The Ultimate Checklist for Outfitting Your Home With Interior Locks


June 14, 2017



Whether you’re building your home from the ground up or just doing a little redecoration, here’s what you need to know about outfitting your home with interior locks. The options for securing your front door come down to two elements: the doorknob or handle and the secondary lock. Outfitting your home with interior locks, on the other hand, may require a more nuanced approach. What kind of door handle should you use (read: how badly do you want to keep your roommate out)? This checklist should make things a little easier:

1. Assess Your Needs

There are many reasons to lock an interior door — whether simply for privacy purposes or to keep the kids out of your home office. Before you make a trip to the hardware store, make sure you have an idea of what function you want your door handle to serve. Knowing the difference between a privacy lock and a free interior entrance lockset can make your trip to the store much quicker.

2. Pick Your Door Handle

There are two different types of door handles you can choose from: knobs or levers. Your choice will depend upon what kind of functionality you’re looking for (see #1). Knobs are round, often blend well with traditional decor, and can be difficult for children to open (which might be just what you’re looking for). Knobs are also suitable for both left-handed and right-handed people since they can be turned either way. The second kind of handle is the lever, which has more of a contemporary look. These handles are a little more difficult to childproof than knobs, though. Levers also aren’t the best option for ambidextrous usage. There are four types of door handles: passage, privacy, keyed entry, and dummy. A passage handle turns, but doesn’t have a lock — it’s useful for closets and hallways. A privacy handle locks with a button on one side and doesn’t require a key. These types of handles are often used on bedroom and bathroom doors. Keyed entry locks are like privacy locks, but they can be locked on both sides. These are ideal for home offices. Finally, a dummy knob does not turn or lock. These are often used for closets or as decorative embellishments.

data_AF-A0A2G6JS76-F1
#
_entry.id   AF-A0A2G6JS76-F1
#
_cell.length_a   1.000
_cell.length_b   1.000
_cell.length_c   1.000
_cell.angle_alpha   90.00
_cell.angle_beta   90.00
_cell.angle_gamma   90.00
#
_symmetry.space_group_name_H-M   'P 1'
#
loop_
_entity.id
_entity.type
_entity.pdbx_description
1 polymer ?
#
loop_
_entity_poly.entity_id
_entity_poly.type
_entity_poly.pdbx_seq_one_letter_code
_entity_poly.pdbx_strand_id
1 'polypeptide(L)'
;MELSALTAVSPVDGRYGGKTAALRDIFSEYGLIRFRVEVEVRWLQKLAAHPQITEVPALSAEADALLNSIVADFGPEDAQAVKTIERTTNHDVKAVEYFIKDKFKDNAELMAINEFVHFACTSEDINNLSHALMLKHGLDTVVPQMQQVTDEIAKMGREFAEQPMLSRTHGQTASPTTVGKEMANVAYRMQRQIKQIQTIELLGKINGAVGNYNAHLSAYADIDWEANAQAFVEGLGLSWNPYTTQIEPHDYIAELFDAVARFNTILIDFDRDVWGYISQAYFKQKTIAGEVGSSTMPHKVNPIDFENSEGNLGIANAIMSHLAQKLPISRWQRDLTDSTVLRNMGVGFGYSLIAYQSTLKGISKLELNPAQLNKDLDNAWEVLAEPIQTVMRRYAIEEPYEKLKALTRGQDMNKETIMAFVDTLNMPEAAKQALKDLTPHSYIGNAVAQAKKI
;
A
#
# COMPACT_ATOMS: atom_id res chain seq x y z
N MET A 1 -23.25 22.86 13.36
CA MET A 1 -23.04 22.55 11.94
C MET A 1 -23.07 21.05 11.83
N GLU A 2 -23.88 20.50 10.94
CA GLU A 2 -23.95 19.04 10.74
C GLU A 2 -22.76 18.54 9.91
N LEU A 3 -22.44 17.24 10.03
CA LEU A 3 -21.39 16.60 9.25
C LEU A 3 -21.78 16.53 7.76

3. Choose Your Finish

Now that the hard part is over with, get your inner interior decorator on and choose the finish of your handles. Some options that you might consider: brass, chrome, nickel, bronze, black, copper, crystal, or even hand-painted. Brass tends to be found in more traditional homes and will give your door a vintage look. Chrome, nickel, and bronze work with almost any type of decor and can vary in appearance based on the specific finish you choose. Black and copper finishes will give your home a more contemporary look. Copper in particular can have a rustic vibe, depending on whether you choose a knob or a lever. Crystal and hand-painted handles are both unique options and can add some flair to your home. Hand-painted knobs in particular can be found at vintage stores and are well-suited to homes with an eclectic style.

4. Consider Your Budget

When budgeting for home renovations, people rarely account for the cost of doorknobs and handles. But if you have a lot of doors in your home, this can add up to a significant expense. Doorknobs tend to be cheaper than door levers, but the price can vary based on the finish and size. While it may be tempting to opt for the cheapest available knobs or levers, remember that you’ll be using these door handles everyday. Invest in hardware that will last you for the long-term.


— The Lockbusters Team

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